Santa’s Elves invade the UK each Christmas in increasing numbers. But where does the Christmas elf tradition come from? Do you know who Santa’s elves are? What is the tale behind their origin? What secrets do they guard? Let’s first take a look at where elves come from.
Creatures rooted in north European and British folklore
Elves are present in Germanic, British and Scandinavian folklore in which they are often referred as light elves (good) or dark gnome like elves (bad).
They were often described as tiny, dwarf-like creatures, either male or female. They are said to be immortal and possess magical powers.
In pagan times, Elves were believed to guard homes against evil. If you were good, the elves would be good to you, but if you were bad, they would play tricks on you. They were known to give people nightmares by sitting on their head while they were asleep.
To keep the elves well fed, happy and out of mischief, people left a bowl of porridge on the doorstep at night.
The use of the name “elf” in old English reflects the characters’ mischievous nature. The English word elf is from the old English ælf or elf. The word was combined to create the words ælfadl “nightmare” and ælfsogoða “hiccup”, afflictions apparently thought to be caused by elves!
First reports of Christmas elves in the 19th century
Already associated with story telling and magic, elves began to be associated with Christmas in the mid – 1800s, when they became Santa’s helpers. Christmas celebrations were gathering popularity and Scandinavian writers penned the elves’ role as we know it today: good hearted fairy like helpers of Santa Claus that are sometimes mischievous.
Modern elves depicted as Santa’s little helpers
Today’s children’s Christmas stories in the USA, Canada, Britain and Europe have drawn inspiration from the original folk tales to fashion “modern” Christmas elves.
Christmas elves are typically described as diminutive green and red-clad creatures with pointy ears and pointy hats. They help Santa bring Christmas to life. They design and make toys and gifts for children, look after the reindeer and keep the sleigh in good condition. They keep Santa’s naughty and nice list in order, and guard the secret location of Santa’s village.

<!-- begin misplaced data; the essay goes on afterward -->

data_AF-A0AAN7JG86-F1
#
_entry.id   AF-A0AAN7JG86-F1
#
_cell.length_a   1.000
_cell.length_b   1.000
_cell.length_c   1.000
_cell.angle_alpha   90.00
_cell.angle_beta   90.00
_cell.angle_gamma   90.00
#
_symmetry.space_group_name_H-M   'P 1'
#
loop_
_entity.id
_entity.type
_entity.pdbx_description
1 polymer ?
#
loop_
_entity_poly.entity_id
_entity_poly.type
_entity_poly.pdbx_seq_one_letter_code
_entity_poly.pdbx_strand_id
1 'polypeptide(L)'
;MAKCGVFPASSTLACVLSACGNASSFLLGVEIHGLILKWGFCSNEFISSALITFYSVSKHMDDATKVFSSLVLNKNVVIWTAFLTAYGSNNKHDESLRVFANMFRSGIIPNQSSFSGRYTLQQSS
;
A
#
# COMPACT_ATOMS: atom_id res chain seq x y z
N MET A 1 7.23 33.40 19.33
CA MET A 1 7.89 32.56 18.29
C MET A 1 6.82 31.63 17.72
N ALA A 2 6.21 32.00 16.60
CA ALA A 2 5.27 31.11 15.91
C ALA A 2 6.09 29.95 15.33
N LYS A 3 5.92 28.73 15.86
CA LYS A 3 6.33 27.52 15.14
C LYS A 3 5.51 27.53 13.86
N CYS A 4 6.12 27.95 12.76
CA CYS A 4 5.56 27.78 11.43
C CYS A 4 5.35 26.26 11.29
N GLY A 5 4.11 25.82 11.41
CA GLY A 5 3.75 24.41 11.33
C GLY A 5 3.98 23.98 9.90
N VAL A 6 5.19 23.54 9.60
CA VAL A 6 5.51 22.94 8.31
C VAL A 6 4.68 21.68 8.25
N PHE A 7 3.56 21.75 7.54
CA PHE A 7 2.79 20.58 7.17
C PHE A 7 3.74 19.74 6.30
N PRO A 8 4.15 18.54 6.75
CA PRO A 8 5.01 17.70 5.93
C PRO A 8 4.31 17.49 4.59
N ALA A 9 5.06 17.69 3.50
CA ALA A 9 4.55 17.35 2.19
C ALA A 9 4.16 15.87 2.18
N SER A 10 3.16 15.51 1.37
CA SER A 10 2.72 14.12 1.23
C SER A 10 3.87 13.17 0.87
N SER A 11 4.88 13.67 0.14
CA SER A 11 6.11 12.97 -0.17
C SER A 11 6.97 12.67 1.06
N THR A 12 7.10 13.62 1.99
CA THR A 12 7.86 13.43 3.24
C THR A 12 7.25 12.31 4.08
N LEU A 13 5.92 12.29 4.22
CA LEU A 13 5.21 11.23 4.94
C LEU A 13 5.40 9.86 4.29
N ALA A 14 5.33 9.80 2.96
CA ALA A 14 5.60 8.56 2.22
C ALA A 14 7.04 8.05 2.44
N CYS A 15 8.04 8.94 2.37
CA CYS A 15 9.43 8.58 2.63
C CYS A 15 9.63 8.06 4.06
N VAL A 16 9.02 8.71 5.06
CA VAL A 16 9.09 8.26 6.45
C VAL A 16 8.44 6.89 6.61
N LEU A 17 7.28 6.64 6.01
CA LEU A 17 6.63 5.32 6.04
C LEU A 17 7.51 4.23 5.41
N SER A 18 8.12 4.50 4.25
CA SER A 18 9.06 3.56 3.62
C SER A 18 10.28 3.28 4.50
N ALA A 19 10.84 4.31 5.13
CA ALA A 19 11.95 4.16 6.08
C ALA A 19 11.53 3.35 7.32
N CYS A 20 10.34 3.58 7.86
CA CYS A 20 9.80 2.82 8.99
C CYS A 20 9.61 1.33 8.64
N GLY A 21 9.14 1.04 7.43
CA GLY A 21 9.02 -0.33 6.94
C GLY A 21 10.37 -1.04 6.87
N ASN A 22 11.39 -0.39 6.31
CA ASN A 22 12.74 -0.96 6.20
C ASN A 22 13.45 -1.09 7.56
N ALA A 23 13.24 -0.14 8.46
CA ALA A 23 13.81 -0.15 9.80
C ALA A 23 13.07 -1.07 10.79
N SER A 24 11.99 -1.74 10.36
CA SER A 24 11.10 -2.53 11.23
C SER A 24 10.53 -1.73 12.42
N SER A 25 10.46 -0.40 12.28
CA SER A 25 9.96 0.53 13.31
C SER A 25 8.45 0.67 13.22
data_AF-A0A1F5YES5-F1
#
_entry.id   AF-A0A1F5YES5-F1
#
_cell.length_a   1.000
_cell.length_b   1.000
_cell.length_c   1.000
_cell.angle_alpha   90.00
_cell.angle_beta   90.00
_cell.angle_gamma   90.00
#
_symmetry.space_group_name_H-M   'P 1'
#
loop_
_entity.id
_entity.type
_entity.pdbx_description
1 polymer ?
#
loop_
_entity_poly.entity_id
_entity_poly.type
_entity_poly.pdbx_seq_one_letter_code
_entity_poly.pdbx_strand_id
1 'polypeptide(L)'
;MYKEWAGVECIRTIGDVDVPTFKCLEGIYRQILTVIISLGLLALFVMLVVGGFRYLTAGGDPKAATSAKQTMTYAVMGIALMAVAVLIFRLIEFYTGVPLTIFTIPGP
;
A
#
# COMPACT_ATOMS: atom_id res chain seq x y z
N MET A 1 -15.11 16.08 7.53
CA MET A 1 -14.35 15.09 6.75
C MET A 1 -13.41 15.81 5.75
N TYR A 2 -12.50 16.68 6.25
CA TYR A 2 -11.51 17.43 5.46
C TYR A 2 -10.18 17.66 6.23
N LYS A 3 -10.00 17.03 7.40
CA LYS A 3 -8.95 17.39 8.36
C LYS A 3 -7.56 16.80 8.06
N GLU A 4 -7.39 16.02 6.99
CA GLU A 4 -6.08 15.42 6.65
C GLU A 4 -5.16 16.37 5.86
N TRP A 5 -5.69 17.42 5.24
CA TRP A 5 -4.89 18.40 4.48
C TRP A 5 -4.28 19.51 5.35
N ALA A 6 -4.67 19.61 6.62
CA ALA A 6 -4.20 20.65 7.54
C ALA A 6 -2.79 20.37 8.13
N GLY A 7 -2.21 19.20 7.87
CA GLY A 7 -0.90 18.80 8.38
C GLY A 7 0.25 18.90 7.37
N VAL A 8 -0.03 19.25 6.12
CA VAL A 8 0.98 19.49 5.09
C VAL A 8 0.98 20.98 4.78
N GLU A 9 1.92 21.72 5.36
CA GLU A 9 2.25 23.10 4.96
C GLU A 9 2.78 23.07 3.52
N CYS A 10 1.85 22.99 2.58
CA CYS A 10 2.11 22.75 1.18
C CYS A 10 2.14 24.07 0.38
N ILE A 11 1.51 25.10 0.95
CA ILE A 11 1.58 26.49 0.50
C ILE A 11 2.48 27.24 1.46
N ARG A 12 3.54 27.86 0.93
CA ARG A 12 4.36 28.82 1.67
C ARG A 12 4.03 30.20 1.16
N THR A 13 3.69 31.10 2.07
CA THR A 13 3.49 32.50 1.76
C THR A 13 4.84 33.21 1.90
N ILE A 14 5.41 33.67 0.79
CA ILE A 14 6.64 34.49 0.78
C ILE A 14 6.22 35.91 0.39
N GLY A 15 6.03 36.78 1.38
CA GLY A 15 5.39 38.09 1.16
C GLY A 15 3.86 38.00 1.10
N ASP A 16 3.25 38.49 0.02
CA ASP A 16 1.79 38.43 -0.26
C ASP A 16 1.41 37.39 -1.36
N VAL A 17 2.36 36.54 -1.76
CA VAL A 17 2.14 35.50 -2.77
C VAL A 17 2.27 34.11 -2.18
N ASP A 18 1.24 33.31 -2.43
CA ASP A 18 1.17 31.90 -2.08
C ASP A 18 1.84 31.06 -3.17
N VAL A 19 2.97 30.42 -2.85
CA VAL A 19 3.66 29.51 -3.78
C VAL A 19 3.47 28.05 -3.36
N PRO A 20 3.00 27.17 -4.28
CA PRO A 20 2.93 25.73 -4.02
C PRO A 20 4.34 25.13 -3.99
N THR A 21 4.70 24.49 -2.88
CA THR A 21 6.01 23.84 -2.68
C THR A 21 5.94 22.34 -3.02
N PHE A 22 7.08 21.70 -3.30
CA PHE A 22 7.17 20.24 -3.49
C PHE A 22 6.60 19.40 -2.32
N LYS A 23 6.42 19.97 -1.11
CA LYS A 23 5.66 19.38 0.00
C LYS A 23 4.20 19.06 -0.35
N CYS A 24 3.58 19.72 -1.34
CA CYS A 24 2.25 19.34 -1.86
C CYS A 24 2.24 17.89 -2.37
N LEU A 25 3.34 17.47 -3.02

Folklore tells that elves make sudden appearances in families in the run up to Christmas. They keep an eye on children, check who’s naughty and who’s nice and report their findings back to Santa. If you don’t want to wake up on Christmas morning to find your stockings filled with lumps of coal or bundles of twigs – you’d better be good for goodness sake!
Read our Traditional Names of The First Christmas Elves post to find out more about Santa’s very first elves.
Where do the elves and Santa live?
Even today, no-one knows for sure were Santa and the elves live. In fact there are many conflicting reports about the location of the secret village. Certain sources say that Father Christmas’ village is in the North Pole, while others argue there are no reindeer in the North Pole but plenty in Lapland – so the secret village must be hidden there.
Similar traditions in other countries
In different countries, Santa’s helpers go by different names, but the traditions retain many similarities – mainly centred around encouraging children to be on their best behaviour.
In Iceland the Yule Lads visit homes each day to leave presents and play tricks on children between December 12 and 24. In the Netherlands, Father Christmas’s side kick is called Zwarte Piet (Black Peter), in Germany Knecht Ruprecht. In certain regions of France, Père Fouettard (the literal and rather scary translation is “Whipping Father”) accompanies Santa Claus, distributing coal to naughty children.
With all these creatures keeping an eye on children in the run up to Christmas it seems that generations of parents have struggled with unruly behaviour at this time of the year. I think I like the modern incarnation of Christmas elves best though – playful rather than scary. And no threat of corporal punishment or nightmares!